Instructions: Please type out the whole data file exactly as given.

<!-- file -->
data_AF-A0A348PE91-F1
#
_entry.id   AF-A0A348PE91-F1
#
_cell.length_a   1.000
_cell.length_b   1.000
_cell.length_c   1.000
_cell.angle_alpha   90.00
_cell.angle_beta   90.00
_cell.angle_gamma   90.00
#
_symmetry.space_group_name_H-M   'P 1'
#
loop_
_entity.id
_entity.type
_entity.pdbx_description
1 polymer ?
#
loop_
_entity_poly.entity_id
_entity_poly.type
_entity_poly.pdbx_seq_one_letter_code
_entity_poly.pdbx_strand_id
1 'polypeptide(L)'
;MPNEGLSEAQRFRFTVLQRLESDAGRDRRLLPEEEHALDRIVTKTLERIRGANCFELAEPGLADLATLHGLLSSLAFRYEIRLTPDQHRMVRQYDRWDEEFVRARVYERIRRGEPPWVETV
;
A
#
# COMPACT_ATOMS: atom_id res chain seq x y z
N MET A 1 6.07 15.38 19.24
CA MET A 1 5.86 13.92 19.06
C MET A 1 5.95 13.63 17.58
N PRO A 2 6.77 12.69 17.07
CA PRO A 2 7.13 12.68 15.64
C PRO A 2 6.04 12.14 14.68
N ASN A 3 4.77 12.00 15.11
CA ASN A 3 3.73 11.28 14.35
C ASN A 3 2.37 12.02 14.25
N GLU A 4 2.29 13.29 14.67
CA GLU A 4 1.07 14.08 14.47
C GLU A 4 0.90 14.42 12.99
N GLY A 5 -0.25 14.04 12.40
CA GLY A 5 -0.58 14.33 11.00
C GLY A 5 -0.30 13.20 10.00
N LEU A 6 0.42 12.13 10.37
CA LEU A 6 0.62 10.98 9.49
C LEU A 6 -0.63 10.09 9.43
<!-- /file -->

data_AF-A0A348PE91-F1
#
_entry.id   AF-A0A348PE91-F1
#
_cell.length_a   1.000
_cell.length_b   1.000
_cell.length_c   1.000
_cell.angle_alpha   90.00
_cell.angle_beta   90.00
_cell.angle_gamma   90.00
#
_symmetry.space_group_name_H-M   'P 1'
#
loop_
_entity.id
_entity.type
_entity.pdbx_description
1 polymer ?
#
loop_
_entity_poly.entity_id
_entity_poly.type
_entity_poly.pdbx_seq_one_letter_code
_entity_poly.pdbx_strand_id
1 'polypeptide(L)'
;MPNEGLSEAQRFRFTVLQRLESDAGRDRRLLPEEEHALDRIVTKTLERIRGANCFELAEPGLADLATLHGLLSSLAFRYEIRLTPDQHRMVRQYDRWDEEFVRARVYERIRRGEPPWVETV
;
A
#
# COMPACT_ATOMS: atom_id res chain seq x y z
N MET A 1 6.07 15.38 19.24
CA MET A 1 5.86 13.92 19.06
C MET A 1 5.95 13.63 17.58
N PRO A 2 6.77 12.69 17.07
CA PRO A 2 7.13 12.68 15.64
C PRO A 2 6.04 12.14 14.68
N ASN A 3 4.77 12.00 15.11
CA ASN A 3 3.73 11.28 14.35
C ASN A 3 2.37 12.02 14.25
N GLU A 4 2.29 13.29 14.67
CA GLU A 4 1.07 14.08 14.47
C GLU A 4 0.90 14.42 12.99
N GLY A 5 -0.25 14.04 12.40
CA GLY A 5 -0.58 14.33 11.00
C GLY A 5 -0.30 13.20 10.00
N LEU A 6 0.42 12.13 10.37
CA LEU A 6 0.62 10.98 9.49
C LEU A 6 -0.63 10.09 9.43